LOS ANGELES (Legal Newsline) - Johnson & Johnson says it plans to “begin the appeals process” following a Los Angeles jury’s decision earlier this week to award a woman, who claims the company’s talc powder caused her ovarian cancer, more than $400 million.
A Los Angeles Superior Court jury, overseen by Judge Maren Nelson, returned a verdict of $417 million against Johnson & Johnson Monday.
The total includes $70 million in compensatory damages and $347 in punitive damages.
The plaintiff, Eva Echeverria, 63, said she contracted ovarian cancer in 2007 after using the company’s powder for more than 40 years.
“Ovarian cancer is a devastating diagnosis and we deeply sympathize with the women and families impacted by this disease,” Carol Goodrich, a spokeswoman for Johnson & Johnson Consumer Inc., said in an email to Legal Newsline.
“We will appeal the verdict because we are guided by the science, which supports the safety of Johnson’s Baby Powder.”
Goodrich pointed to the National Cancer Institute’s Physician Data Query Editorial Board, which wrote in April: “The weight of evidence does not support an association between perineal talc exposure and an increased risk of ovarian cancer.”
The company said it is preparing for additional trials in the U.S. and said it plans to “continue to defend the safety of Johnson’s Baby Powder.”
The trial -- the first talc bellwether trial in California and the first outside of St. Louis -- began in Los Angeles July 10 and lasted four weeks, culminating in the single largest award to date in a talc lawsuit.
Last year, a Missouri jury found Johnson & Johnson liable for injuries resulting from the use of its talc powder, awarding the family of an Alabama woman $72 million.
Like Echeverria, Missouri plaintiff Jacqueline Fox used Johnson’s Baby Powder for feminine hygiene for decades. Fox, who was diagnosed with ovarian cancer in 2014, died shortly before the trial began, in October 2015, at age 62.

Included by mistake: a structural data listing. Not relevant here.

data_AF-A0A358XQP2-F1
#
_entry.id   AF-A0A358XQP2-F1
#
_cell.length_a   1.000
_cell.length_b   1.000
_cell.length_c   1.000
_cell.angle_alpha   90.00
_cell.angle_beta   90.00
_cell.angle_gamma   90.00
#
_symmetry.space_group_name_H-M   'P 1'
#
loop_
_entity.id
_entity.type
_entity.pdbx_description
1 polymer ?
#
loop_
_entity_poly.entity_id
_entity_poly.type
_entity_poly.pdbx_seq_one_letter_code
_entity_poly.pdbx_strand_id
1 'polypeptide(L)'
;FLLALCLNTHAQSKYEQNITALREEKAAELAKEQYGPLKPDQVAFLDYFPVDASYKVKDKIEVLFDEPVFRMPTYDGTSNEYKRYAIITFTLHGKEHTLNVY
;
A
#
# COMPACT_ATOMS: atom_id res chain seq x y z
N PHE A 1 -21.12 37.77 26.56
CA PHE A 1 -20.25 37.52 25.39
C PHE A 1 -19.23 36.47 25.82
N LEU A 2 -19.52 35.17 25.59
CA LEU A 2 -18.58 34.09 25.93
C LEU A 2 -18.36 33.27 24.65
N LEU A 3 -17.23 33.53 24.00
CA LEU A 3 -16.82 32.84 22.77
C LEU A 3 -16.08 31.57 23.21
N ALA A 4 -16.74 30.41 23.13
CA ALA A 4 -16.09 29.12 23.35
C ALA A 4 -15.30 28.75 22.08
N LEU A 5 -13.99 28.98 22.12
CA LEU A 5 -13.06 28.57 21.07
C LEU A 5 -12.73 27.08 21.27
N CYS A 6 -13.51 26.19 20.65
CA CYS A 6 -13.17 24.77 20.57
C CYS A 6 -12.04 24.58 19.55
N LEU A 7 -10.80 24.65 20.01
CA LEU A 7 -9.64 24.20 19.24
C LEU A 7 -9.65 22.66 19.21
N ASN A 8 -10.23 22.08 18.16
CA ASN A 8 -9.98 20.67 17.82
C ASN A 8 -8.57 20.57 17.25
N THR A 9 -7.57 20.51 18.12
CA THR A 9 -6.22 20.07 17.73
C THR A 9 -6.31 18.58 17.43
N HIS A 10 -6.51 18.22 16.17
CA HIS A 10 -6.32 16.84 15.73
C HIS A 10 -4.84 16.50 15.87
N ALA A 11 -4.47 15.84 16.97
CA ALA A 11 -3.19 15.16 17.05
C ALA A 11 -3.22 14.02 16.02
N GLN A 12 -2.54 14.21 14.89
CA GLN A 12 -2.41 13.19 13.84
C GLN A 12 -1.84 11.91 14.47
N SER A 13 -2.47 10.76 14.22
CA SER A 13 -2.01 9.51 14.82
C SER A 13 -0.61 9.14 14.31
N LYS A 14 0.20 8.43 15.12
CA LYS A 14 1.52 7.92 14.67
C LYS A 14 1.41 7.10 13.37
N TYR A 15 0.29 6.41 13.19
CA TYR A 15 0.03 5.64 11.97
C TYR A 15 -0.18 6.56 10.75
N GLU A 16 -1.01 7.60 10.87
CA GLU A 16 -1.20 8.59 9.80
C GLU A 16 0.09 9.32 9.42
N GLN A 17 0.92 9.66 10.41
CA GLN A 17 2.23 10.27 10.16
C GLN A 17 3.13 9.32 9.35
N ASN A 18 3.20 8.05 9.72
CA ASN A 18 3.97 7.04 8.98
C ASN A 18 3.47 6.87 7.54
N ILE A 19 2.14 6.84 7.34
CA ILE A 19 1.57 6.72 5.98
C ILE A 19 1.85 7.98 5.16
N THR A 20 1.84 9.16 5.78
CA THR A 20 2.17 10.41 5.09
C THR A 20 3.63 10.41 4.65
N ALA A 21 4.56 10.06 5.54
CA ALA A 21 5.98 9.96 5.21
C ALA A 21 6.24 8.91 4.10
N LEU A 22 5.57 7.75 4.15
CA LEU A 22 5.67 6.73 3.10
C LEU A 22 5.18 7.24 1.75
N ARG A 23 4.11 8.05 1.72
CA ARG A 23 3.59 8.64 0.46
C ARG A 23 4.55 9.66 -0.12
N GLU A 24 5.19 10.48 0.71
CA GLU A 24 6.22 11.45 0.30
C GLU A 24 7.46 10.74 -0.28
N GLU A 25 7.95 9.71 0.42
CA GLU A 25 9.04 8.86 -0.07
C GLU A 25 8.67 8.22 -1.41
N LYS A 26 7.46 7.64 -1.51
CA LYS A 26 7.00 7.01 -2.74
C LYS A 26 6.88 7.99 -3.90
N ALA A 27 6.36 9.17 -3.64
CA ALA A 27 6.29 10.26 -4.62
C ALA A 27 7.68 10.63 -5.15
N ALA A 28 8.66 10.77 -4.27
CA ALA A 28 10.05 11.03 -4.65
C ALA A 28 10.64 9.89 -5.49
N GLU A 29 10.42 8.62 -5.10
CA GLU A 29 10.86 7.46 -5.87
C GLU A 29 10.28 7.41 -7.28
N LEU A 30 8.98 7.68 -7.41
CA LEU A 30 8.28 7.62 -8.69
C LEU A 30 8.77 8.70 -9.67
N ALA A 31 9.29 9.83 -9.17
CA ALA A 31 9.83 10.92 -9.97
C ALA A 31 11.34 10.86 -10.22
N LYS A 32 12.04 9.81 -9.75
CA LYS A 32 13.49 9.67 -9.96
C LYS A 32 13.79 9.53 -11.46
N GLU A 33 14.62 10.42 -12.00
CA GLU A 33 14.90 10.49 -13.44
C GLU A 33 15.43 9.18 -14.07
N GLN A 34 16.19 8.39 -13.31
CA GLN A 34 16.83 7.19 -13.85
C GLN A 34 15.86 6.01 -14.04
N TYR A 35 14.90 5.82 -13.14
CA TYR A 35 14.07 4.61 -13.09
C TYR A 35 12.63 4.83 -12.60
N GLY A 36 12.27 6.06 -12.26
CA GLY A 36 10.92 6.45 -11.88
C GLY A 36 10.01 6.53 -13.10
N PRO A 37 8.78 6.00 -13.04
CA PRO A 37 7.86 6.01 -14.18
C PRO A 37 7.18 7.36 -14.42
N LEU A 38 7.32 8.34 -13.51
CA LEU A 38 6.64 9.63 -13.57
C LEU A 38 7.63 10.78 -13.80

Echeverria claimed Johnson & Johnson was aware of numerous studies linking talc-based powders with ovarian cancer, but chose not to warn women.
Thousands of similar lawsuits are awaiting trial across the country, including hundreds in California courts.
But a recent U.S. Supreme Court ruling could have an impact on those.
In June, the Supreme Court overturned rulings made by three California courts that concluded only they had specific jurisdiction over lawsuits brought by out-of-state residents against a company not incorporated or headquartered there.
On June 19, the nation’s highest court released an 8-1 decision in favor of Bristol-Myers Squibb, which was sued by a more than 600 plaintiffs in San Francisco County Superior Court over its prescription blood thinner Plavix. The plaintiffs did not allege they purchased Plavix in California, only that BMS had enough business ties to the state that the courts there could exercise jurisdiction over their claims.
Johnson & Johnson, which is headquartered in New Jersey, views the Supreme Court ruling as a victory.
The company contends the ruling “requires reversal of the talc cases that are currently under appeal in St. Louis.”
From Legal Newsline: Reach Jessica Karmasek by email at firstname.lastname@example.org.